On Friday, we shared Play 12. Space Race with our students.
Here is a sketch of how this problem developed.
1. Find a fun problem.
We met Ben over the summer at a BU discussion workshop, showed him some of our Play problems, and talked about our approach to the project. Later, Ben sent us a problem that he thought would make a good Play problem. The problem was of his own creation, and had been posted in Math Horizons (April, 2011):
April’s Sandbox problem comes from Benjamin Dickman of Columbia University Teachers College. On the first day of math class, thirty-six desks are arranged in a circle for eighteen boys and eighteen girls. The teacher says that students can take turns choosing their own seats as long as the gender of the students alternates between turns.The last two students to pick will be Amanda and Bill (not necessarily in that order).
Bill has a crush on Amanda and is determined to sit next to her. Amanda, on the other hand, can’t stand Bill and is determined not to sit next to him. All the boys want to help Bill, and all the girls want to help Amanda, which sets up Problem 258, You Can’t Please Everyone: which gender should pick first, and why, if the decision is up to Amanda? If the decision is up to Bill?
Ben added two suggestions: 1) that we could choose a smaller number of desks (e.g. 12), and 2) rephrase the context to get rid of the gender elements.
We played around and solved the problem ourselves, and we agreed with Ben – this was a fun problem that our students would enjoy … if we could make it accessible.
2. Re-write the problem so that it is visual and concise.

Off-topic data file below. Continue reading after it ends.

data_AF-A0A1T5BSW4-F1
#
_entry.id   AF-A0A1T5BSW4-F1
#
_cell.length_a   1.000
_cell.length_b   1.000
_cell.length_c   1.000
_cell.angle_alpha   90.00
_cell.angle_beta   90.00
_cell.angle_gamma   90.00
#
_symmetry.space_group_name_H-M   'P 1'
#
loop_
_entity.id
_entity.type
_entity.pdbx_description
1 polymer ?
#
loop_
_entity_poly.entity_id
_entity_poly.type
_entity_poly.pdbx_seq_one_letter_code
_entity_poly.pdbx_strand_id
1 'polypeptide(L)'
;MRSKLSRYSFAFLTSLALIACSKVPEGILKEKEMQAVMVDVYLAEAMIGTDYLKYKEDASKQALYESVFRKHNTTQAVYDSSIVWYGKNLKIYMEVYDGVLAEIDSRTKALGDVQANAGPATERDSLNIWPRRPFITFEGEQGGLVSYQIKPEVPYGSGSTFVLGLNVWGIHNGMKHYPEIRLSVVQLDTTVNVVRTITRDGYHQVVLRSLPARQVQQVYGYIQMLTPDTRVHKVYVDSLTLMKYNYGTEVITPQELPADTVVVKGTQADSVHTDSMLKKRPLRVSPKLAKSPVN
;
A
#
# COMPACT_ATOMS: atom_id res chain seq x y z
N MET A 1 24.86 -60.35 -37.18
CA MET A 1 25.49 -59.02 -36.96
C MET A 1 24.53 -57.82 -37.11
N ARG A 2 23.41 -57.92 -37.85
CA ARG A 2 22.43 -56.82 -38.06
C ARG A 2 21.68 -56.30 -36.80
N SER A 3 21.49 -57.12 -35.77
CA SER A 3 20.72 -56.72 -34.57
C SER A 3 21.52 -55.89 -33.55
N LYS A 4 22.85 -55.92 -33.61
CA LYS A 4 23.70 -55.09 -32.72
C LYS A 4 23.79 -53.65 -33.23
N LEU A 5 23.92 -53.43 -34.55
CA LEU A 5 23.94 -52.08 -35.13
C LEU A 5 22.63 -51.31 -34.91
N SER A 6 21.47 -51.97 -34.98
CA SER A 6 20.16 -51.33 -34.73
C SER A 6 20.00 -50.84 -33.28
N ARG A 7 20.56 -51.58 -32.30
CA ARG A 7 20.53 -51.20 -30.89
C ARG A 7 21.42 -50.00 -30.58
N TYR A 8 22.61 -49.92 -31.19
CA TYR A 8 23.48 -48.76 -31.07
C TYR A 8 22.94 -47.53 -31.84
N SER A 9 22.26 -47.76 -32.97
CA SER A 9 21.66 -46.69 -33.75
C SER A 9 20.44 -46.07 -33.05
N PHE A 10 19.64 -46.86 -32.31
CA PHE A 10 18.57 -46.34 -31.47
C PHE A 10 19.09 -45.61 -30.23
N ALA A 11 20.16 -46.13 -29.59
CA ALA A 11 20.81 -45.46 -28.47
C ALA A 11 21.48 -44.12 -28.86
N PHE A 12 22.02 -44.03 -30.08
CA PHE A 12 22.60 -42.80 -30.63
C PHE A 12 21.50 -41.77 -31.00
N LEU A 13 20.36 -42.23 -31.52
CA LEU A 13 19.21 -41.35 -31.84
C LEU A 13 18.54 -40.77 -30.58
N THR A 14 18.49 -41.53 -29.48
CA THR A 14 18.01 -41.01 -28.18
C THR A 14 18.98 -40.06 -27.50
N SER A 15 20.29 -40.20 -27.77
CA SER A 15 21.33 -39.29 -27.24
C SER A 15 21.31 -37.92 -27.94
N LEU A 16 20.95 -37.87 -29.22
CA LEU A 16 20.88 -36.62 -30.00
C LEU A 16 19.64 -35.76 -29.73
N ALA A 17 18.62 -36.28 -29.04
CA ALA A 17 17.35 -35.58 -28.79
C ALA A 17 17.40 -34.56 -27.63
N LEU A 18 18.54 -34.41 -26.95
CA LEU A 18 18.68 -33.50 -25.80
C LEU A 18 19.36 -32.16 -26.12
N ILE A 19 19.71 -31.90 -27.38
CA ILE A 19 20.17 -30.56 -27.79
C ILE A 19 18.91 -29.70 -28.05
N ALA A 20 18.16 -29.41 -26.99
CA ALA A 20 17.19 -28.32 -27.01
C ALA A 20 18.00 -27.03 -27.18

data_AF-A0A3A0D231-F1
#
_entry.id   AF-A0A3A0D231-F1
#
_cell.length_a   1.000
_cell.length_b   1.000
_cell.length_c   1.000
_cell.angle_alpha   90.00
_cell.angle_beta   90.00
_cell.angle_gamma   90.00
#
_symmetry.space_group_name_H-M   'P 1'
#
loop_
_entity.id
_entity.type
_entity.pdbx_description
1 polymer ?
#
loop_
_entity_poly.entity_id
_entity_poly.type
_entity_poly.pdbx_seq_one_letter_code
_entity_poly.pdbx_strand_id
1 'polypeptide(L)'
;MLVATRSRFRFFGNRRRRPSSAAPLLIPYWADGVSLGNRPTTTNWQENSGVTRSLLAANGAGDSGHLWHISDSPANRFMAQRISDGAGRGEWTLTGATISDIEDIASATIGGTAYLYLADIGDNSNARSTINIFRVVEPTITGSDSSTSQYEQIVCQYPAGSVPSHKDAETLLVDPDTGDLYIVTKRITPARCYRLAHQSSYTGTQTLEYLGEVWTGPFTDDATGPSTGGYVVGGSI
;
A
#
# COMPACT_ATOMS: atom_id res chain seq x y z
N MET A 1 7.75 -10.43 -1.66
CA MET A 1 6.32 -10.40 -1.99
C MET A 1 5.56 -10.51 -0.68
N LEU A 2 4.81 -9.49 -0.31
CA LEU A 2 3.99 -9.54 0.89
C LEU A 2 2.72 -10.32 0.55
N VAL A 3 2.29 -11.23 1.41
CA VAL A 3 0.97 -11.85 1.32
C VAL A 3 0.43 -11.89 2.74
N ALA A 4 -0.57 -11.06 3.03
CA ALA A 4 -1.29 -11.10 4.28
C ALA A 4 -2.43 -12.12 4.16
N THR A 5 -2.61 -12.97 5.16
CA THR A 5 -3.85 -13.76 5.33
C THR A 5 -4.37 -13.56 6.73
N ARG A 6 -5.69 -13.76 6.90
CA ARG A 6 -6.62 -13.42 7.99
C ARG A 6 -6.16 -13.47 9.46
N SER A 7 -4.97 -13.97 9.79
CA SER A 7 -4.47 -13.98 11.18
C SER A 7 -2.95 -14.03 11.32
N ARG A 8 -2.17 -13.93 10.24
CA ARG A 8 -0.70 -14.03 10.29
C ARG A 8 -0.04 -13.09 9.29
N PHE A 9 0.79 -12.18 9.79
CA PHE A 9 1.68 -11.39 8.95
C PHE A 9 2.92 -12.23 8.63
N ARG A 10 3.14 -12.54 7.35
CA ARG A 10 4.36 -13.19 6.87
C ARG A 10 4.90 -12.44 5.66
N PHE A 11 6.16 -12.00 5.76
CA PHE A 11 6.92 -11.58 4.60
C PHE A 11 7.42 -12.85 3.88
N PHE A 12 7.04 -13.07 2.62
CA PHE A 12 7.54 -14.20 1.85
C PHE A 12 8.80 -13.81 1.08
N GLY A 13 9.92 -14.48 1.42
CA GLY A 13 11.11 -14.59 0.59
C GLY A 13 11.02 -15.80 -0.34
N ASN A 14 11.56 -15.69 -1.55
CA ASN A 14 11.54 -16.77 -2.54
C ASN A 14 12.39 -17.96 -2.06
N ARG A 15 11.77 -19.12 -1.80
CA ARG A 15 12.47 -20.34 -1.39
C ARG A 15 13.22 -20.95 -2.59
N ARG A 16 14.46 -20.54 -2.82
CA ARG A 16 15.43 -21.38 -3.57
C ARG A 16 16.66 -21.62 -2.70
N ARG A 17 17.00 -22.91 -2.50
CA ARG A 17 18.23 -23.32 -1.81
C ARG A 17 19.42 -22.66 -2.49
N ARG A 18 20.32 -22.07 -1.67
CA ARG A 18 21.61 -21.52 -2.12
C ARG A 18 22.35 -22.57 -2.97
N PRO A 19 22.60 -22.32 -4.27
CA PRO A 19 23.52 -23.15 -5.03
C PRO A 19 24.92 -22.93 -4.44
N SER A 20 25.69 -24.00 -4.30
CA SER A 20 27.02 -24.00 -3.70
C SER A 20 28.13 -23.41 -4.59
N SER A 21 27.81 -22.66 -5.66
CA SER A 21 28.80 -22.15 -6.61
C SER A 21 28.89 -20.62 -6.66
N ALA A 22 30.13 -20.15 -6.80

This problem was wordy, and for a long time, it sat on the shelf as a candidate that wasn’t yet ready to become a Play problem. I took forever to wrap my head around how to adjust this problem, but one day, inspiration struck: it’s a game. Bill and Amanda both want to “win,” but they have different criteria for success. And with that, Amanda and Bill became Player A and Player B. Desks became squares. Students became X’s.The rectangular shape ensured an even number of “desks.” Stripped of the gossip-filled classroom context, it retained the same mechanics and underlying mathematics.
3. Design a draft
I sketched a draft on paper, CiCi (aka Ms. Yu) masterfully brought it to life in InDesign, and we sat down together over February break to tinker and refine.
4. Debate every word
We tried out several different versions of the wording of the problem. Are the squares “boxes” or “spaces”? What should the title be? Are the last two spaces “adjacent” or does that vocabulary need defining in order for the problem to remain maximally accessible? How do we phrase the prompt at the end to show that this is not simply a game, but a problem that can be solved?
5. Design a handout
When we sent the draft back to Ben, he misinterpreted what the X’s in the board meant. The X’s are intended to show a game currently being played. He thought that they represented the starting board, adding a new constraint to his original problem. We made a handout so students could play with the problem, and made sure that the board was blank, hopefully erasing the potential confusion.
On the back, we initially planned to add a smaller version with only 12 spaces as Ben had originally suggested, but that only takes up so much space. CiCi did some quick copy/pasting/resizing and all of a sudden we had a beautiful variety of playing board options.
6. Print and give students a chance to play
We posted it on Friday and used it in our classes as a Friday Warm Up. It wasn’t easy to make them stop so I could start class. I encourage you to print out the board and play along with us!